When pressed on his opposition to abortion and same-sex marriage, for example, the conservative senator told Democratic colleagues that both issues had been settled by the Supreme Court and that he would abide by those decisions. Similarly, on the use of waterboarding against terrorism suspects, which Sessions has previously supported, he said Congress had clearly outlawed the practice.

Session began his testimony by offering his most forceful denial yet of allegations that as a U.S. attorney in the 1980s he had improperly targeted civil rights advocates for prosecution on voter fraud charges and had made racially insensitive comments about the Ku Klux Klan and minorities.

“These are damnably false charges,” Sessions said, adding that he “did not harbor the race-based animosities I am accused of. I did not.”

Those accusations, made by fellow Justice Department attorneys at the time, helped torpedo Sessions’ 1986 nomination by President Reagan to become a federal judge.

“There was an organized effort to caricature me as something that wasn’t true,” he said. “It was very painful. I didn’t know how to respond and didn’t respond very well. I hope my tenure in this body has shown you that the caricature that was created of me was not accurate. It wasn’t accurate then and it’s not accurate now.”

Sessions is again being assailed by civil rights groups, who point to his Senate record of voting against hate-crime legislation, immigration reform and efforts to ban torture as evidence that he would not fairly enforce the laws protecting minorities.

Sessions testified he hoped to work closely with local police and would aggressively combat gun violence, gang crimes and drug trafficking. He said he felt criticism of police misconduct should be “narrowly focused on the right basis” because too often mistakes are used to ”to smear whole departments” and that “places those officers at greater risk.”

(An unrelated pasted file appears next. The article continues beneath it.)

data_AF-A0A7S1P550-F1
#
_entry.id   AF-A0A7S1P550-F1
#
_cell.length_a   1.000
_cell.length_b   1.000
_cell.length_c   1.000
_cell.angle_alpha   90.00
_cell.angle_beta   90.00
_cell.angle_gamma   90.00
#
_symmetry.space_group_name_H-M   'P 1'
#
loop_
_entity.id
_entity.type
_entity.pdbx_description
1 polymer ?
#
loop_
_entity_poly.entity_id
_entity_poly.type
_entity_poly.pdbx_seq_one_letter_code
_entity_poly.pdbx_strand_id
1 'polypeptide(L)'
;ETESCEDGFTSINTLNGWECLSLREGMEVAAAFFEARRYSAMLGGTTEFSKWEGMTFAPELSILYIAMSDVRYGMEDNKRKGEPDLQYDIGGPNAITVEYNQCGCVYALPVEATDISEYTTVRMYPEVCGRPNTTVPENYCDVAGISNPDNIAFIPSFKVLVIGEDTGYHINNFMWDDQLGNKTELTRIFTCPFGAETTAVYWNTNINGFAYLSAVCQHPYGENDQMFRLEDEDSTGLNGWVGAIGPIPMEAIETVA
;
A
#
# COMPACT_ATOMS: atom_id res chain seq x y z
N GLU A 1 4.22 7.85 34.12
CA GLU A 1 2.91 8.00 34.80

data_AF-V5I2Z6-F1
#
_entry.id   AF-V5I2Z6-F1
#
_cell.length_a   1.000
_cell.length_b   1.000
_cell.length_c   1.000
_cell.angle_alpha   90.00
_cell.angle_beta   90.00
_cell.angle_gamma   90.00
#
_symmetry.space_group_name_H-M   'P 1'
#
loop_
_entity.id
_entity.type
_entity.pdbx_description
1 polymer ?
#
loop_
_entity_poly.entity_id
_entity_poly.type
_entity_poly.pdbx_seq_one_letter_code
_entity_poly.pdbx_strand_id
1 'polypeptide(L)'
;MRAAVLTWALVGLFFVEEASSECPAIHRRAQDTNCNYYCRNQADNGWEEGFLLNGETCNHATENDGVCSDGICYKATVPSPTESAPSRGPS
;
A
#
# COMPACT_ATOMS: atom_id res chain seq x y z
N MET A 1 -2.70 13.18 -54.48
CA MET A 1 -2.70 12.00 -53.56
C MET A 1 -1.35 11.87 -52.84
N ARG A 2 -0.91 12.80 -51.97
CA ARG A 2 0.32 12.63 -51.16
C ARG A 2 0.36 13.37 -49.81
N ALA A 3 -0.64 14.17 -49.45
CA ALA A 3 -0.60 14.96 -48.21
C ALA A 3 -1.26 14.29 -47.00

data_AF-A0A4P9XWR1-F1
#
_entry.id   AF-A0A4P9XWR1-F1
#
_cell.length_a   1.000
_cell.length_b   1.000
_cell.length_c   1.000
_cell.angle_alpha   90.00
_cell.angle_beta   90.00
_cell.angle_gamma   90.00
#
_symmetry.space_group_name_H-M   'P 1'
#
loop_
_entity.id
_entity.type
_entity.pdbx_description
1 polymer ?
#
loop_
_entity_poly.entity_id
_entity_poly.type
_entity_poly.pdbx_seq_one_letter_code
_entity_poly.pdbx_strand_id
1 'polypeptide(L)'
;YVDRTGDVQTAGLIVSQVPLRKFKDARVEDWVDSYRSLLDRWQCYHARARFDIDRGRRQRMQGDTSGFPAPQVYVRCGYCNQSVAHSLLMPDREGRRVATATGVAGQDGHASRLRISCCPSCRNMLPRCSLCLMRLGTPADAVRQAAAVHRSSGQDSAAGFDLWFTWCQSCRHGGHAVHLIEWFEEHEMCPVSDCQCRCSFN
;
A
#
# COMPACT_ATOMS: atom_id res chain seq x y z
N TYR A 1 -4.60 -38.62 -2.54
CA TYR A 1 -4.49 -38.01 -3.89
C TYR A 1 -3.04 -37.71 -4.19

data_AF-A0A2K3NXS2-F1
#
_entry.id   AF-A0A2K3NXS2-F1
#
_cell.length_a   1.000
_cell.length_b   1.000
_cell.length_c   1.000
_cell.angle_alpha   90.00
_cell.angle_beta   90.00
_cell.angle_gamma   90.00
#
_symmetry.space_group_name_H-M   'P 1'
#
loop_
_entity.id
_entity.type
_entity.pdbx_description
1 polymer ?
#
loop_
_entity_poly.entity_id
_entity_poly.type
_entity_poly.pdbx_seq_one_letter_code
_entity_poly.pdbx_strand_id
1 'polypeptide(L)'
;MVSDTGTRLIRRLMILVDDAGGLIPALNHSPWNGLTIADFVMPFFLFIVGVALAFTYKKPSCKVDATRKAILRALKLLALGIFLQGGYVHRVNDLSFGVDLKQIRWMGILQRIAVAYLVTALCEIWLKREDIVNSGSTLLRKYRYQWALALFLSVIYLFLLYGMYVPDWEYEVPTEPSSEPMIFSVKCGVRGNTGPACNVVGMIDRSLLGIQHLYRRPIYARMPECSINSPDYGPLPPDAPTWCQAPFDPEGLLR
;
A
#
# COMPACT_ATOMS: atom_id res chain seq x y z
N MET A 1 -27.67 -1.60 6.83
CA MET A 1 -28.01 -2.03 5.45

The senator did not stray from his long-held hard-line views on immigration enforcement, testifying he would aggressively “prosecute those who repeatedly violate our borders” and support rescinding an Obama administration program that deferred deportation of hundreds of thousands of so-called Dreamers, those brought to the country illegally as children.

“It is very questionable constitutionally,” Sessions said of President Obama’s 2012 Deferred Action for Childhood Arrivals program, known as DACA. He did not say whether he believed the 742,000 immigrants protected under the program should be deported.

An unabashed opponent of marijuana use, Sessions was noncommittal about whether he might use his authority to resume raids of pot-growing operations and dispensaries. Such law enforcement actions, deeply unpopular in states like California and Colorado, were effectively halted in recent years. Marijuana is now legal for recreational use in both those states, among others.

On counter-terrorism, Sessions said he would fight the “scourge of radical Islam” and believed that the U.S. military prison at Guantanamo Bay, Cuba, should continue to house terrorism suspects. Obama was unable to fulfill his pledge to close the prison, which still holds 55 detainees, 19 of whom have been cleared for release.

Sessions added that he does not support “the idea that Muslims as a religious group should be denied admissions to the United States,” a position Trump once backed.

The hearing is scheduled to continue Wednesday with a long list of witnesses, including Democratic Sen. Cory Booker, who said he will take the unprecedented step of opposing a fellow senator’s candidacy for a Cabinet job.